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The Auditor-General Act 1997 establishes the mandate for the Auditor-General to undertake financial statement audits of all Australian Government entities including those of government agencies, statutory authorities and government business enterprises.
Our interim audits of agencies encompass a review of governance arrangements related to agencies’ financial reporting responsibilities, and an examination of relevant internal controls, including information technology system controls. The ANAO’s examination of these areas is designed to assess the reliance that can be placed on agencies’ internal controls to produce complete and accurate information for financial reporting purposes.
The objective of the audit was to assess the effectiveness of the Department of Agriculture, Fisheries and Forestry’s administration of EC measures and the implementation of the pilot of new drought reform measures.
The objective of the audit was to assess the effectiveness of DIAC’s management of the student visa program. Three key areas were examined in the audit: the processing of student visa applications; ensuring compliance with student visa conditions; and cooperation between DIAC and DEEWR.
The objective of the audit was to assess the effectiveness of Department of Infrastructure and Transport’s and the Attorney‐General’s Department’s management of the Aviation and Maritime Security Identification Card (ASIC and MSIC) schemes.
The audit examined key aspects of the first four tenders for the RtB program. These tenders provided coverage across the Basin and resulted in expenditure in excess of $1 billion. The 2008–09 tenders included the largest single purchase under the program—$303 million to Twynam Agricultural Group. The audit also examined the Commonwealth's contribution to the purchase of Toorale station, the only purchase outside a tender process.
This report complements the interim phase report, and provides a summary of the final audit results of the audits of the financial statements of all Australian Government entities, including the Consolidated Financial Statements for the Australian Government.
The objective of the audit was to assess whether, in relation to appeals to the SSAT and the AAT, Centrelink undertakes its role effectively, so as to support the timely implementation of the Tribunals' decisions about customers' entitlements. In assessing Centrelink's performance, the ANAO examined whether:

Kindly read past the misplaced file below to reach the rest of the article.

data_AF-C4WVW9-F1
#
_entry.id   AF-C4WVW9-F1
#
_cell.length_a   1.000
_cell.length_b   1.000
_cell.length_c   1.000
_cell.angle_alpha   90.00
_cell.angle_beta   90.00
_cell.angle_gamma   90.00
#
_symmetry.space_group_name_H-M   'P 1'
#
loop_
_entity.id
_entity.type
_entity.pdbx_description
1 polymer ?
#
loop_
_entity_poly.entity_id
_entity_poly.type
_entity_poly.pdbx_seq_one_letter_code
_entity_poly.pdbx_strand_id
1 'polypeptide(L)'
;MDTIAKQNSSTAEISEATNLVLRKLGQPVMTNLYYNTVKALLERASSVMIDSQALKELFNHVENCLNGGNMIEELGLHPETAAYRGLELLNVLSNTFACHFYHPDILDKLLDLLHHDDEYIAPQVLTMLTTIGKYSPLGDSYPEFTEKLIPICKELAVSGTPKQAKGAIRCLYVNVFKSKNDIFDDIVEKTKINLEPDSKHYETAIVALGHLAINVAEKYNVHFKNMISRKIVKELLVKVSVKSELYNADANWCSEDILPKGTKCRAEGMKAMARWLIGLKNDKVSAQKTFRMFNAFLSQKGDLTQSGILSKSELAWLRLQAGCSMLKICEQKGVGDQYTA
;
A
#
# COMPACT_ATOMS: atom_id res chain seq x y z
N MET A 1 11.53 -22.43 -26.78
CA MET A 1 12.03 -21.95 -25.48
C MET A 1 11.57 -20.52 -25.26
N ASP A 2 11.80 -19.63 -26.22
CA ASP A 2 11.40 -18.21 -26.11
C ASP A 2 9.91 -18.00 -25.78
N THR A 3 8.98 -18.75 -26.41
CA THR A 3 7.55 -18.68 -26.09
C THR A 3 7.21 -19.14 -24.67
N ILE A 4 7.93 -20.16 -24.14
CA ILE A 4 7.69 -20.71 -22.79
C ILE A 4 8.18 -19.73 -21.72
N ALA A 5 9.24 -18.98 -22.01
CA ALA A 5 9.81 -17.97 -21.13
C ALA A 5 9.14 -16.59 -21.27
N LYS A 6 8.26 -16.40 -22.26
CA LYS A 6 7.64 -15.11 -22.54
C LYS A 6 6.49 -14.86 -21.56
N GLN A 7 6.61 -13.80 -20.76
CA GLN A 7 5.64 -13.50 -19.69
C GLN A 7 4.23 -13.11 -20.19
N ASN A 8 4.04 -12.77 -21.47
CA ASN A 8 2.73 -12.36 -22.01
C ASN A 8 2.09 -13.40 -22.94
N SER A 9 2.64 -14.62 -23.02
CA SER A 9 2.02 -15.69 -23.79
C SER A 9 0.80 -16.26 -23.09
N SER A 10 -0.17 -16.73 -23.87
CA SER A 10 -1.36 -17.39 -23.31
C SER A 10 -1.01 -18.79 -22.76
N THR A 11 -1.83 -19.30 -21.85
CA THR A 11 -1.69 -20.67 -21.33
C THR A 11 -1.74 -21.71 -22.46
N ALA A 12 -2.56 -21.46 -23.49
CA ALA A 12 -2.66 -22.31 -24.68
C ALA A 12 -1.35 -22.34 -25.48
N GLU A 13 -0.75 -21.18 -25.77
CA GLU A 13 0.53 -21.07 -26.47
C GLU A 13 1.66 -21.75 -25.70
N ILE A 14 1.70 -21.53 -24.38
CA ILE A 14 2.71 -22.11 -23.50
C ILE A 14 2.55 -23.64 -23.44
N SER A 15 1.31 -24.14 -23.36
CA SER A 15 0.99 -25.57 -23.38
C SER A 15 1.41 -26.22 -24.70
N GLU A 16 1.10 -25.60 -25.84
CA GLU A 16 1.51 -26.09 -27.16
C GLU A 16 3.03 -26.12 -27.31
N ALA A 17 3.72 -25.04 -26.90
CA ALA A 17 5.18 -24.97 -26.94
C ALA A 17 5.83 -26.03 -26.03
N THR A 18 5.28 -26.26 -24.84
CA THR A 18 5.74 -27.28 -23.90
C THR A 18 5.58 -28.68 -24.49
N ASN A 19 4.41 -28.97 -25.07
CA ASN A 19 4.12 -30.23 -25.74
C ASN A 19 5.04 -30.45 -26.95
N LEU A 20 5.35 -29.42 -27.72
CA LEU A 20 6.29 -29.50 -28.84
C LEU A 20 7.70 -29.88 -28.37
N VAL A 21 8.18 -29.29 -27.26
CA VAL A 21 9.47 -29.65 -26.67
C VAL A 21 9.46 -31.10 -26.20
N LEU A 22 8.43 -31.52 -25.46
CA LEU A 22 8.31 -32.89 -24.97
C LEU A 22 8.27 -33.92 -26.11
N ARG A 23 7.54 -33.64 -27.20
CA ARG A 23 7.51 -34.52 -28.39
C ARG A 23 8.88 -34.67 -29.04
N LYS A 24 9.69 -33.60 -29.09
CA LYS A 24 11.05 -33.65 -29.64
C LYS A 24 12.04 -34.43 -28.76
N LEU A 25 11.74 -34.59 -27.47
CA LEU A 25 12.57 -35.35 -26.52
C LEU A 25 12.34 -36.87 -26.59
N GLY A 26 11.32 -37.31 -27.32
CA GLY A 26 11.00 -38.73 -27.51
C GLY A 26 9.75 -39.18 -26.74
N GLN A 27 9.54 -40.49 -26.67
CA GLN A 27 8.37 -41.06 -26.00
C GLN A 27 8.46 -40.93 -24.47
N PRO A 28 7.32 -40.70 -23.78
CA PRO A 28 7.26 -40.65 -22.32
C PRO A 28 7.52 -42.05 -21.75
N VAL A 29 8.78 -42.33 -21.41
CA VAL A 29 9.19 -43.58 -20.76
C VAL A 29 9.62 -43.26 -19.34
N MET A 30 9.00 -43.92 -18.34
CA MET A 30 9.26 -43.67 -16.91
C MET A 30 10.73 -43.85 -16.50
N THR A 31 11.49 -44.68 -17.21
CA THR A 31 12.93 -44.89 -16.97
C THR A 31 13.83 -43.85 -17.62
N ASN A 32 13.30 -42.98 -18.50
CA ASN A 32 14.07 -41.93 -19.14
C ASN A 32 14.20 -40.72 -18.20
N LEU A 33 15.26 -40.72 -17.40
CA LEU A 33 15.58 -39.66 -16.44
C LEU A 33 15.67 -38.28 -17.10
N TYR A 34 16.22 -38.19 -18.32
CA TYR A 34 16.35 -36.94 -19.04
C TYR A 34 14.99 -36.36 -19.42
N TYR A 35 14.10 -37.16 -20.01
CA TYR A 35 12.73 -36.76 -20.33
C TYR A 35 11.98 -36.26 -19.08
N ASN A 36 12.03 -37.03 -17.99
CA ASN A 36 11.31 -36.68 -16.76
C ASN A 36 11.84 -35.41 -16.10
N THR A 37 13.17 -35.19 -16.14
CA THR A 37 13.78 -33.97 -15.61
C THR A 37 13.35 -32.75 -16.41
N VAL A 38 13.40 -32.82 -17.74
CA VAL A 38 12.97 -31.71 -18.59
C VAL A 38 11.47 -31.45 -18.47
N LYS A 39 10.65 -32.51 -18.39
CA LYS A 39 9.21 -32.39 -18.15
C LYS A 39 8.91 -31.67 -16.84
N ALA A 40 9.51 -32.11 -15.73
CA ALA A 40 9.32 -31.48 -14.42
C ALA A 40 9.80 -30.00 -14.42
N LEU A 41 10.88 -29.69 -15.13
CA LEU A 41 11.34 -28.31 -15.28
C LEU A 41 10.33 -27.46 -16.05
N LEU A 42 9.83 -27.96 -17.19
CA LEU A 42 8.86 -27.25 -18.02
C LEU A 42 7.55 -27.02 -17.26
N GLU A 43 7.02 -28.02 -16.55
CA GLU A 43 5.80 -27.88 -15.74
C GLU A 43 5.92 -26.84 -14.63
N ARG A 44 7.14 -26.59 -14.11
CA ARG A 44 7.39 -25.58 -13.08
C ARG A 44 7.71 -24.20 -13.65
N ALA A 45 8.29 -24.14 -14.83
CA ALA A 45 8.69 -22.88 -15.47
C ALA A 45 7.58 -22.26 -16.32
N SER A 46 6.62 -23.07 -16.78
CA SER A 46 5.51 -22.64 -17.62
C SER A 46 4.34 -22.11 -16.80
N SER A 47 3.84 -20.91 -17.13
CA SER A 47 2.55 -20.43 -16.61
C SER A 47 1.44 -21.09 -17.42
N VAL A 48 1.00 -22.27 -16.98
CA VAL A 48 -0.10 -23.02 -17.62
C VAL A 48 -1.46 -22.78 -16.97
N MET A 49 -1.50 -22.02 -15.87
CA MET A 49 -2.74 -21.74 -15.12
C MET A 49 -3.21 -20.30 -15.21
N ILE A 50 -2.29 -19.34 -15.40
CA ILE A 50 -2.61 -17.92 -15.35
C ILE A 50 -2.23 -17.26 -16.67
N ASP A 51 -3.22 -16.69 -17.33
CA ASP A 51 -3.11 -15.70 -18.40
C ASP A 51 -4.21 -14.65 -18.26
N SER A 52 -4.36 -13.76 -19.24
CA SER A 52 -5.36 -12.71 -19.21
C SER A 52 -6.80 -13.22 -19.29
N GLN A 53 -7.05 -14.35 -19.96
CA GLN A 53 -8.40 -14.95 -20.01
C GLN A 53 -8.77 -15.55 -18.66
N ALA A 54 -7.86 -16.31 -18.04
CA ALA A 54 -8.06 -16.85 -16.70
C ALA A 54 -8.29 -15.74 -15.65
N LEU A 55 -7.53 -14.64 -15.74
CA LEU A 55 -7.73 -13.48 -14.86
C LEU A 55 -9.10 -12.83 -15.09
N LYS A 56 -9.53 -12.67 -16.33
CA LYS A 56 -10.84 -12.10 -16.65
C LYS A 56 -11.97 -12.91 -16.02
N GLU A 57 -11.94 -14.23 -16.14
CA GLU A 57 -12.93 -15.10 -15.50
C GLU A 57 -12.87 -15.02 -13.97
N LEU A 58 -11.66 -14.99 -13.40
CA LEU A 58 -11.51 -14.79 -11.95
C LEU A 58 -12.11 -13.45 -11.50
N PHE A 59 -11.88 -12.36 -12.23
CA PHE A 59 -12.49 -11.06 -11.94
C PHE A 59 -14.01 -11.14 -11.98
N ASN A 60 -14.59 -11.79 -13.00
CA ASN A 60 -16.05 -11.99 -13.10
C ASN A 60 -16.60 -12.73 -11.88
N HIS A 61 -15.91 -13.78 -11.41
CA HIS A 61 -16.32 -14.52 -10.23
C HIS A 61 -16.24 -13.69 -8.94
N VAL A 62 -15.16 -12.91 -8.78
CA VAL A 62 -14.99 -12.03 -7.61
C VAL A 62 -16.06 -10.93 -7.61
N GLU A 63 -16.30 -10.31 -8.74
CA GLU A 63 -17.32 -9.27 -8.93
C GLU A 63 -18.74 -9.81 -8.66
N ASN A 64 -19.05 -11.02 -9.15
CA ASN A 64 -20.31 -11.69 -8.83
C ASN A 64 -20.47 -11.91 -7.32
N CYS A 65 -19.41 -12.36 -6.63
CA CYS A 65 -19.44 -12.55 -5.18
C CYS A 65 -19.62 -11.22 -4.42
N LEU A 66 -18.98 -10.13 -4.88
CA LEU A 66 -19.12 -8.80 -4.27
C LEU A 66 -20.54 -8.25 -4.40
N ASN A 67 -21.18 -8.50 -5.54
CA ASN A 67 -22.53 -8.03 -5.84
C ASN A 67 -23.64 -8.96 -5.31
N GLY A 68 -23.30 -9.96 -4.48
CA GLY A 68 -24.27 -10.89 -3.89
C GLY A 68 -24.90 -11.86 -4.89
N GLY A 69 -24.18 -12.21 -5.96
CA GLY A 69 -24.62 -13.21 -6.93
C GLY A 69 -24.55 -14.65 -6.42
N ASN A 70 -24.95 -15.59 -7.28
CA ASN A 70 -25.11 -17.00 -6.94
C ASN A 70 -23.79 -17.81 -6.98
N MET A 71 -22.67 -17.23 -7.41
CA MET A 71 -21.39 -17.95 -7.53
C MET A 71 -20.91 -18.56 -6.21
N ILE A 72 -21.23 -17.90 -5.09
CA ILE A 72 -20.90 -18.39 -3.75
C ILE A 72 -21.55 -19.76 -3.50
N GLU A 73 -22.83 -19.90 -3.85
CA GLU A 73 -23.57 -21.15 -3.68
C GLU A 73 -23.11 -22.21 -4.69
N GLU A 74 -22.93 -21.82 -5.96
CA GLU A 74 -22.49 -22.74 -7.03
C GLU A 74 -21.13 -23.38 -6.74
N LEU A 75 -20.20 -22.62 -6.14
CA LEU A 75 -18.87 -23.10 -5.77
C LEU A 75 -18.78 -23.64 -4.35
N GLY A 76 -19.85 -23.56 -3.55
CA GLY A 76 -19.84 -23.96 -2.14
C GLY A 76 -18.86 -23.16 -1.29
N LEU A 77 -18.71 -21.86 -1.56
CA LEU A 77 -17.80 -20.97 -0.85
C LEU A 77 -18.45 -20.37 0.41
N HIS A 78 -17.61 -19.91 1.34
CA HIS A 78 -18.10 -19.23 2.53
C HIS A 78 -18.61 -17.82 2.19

the information provided by Centrelink, in relation to appeals to the SSAT and the AAT, effectively supported customers' and Tribunals' decision-making;
the relationships and administrative arrangements between Centrelink, DEEWR and FaHCSIA supported the effective management of the appeal process and the capture of issues that may have broader implications for legislation, policy and service delivery; and
Centrelink implemented SSAT and AAT decisions in an effective and timely manner.
The audit focused on the external review and appeal mechanisms and completes the cycle of audits on Centrelink's review and appeal system. The audit examined those appeals where an implementation action was required and did not consider SSAT and AAT appeals that were dismissed, withdrawn or were not within the Tribunals' jurisdiction.
The objective of this audit was to assess key aspects of the establishment and administration of HIP by DEWHA as well as the transition of the program to DCCEE. All phases of the program were examined with particular emphasis for Phase 2 being given to:
The objective of the audit was to examine the effectiveness of Centrelink's approach to investigating and responding to external fraud. The ANAO's assessment was based on four key criteria. In particular, the ANAO assessed whether Centrelink:
had established a management framework, business systems and guidelines, that support the investigation, prosecution and reporting of fraud;
had implemented appropriate case selection strategies and controls to ensure resources are targeted to the cases of highest priority;
complied with relevant external and internal requirements when investigating fraud and referring cases for consideration of prosecution; and
had implemented an effective training program that supports high quality investigations and prosecution referrals.